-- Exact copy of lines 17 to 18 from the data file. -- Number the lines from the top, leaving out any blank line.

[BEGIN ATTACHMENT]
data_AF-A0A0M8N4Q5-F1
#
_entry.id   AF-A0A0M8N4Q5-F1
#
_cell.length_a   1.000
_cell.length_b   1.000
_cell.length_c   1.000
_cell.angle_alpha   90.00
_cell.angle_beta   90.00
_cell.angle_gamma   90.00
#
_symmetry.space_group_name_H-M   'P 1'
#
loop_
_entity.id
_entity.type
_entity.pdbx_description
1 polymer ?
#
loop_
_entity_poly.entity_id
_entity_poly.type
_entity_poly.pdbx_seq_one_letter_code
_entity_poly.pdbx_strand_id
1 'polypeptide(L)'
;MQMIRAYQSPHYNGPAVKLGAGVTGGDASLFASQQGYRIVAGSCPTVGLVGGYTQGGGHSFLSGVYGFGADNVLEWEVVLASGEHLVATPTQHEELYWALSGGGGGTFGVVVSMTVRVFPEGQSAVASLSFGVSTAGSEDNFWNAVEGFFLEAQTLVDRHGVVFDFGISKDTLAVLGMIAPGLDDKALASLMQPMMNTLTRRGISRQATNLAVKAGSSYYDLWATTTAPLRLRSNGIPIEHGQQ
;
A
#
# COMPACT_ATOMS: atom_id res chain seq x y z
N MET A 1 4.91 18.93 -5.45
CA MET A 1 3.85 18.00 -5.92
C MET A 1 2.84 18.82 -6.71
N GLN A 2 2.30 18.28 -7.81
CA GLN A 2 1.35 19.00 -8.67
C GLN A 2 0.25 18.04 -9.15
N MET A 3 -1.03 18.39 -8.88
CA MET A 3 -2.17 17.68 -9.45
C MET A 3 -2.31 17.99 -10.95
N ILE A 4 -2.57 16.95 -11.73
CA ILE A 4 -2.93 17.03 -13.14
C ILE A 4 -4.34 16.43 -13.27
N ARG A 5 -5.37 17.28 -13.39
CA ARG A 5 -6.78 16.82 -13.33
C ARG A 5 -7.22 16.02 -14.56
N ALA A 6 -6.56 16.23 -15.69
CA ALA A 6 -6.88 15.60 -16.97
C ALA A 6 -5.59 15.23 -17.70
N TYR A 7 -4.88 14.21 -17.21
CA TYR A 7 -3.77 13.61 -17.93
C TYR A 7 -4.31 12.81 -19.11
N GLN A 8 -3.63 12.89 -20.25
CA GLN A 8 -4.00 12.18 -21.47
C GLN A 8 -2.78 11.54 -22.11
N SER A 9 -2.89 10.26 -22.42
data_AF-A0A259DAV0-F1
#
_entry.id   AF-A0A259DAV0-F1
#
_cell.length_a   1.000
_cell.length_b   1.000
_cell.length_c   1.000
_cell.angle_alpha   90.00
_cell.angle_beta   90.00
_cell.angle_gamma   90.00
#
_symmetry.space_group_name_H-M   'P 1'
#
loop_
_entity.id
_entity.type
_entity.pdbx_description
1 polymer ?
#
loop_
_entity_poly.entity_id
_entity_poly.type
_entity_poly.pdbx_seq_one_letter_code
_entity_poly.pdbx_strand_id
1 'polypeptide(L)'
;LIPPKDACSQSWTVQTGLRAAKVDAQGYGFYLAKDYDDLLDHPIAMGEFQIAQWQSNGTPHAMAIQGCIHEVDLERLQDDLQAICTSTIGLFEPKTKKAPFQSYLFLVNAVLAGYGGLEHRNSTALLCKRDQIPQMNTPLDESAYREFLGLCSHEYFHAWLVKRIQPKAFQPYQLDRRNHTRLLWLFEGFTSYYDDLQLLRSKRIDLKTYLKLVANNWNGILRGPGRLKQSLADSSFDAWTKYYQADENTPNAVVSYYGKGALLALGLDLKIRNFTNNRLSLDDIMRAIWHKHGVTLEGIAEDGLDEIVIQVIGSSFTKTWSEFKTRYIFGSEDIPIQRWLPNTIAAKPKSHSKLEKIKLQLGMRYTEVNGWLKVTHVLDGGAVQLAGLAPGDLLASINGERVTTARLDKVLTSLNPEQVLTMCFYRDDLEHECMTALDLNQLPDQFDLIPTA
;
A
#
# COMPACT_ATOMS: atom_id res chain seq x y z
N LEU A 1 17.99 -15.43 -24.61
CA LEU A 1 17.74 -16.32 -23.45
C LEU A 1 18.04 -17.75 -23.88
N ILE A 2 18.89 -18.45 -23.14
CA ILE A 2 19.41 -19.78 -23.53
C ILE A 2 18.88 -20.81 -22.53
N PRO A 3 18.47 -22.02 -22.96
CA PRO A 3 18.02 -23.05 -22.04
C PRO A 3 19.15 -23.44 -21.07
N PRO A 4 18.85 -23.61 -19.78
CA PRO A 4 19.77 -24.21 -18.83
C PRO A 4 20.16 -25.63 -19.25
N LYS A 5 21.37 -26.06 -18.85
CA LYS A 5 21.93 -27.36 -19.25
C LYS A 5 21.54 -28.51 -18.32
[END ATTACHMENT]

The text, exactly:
_entity.pdbx_description
1 polymer ?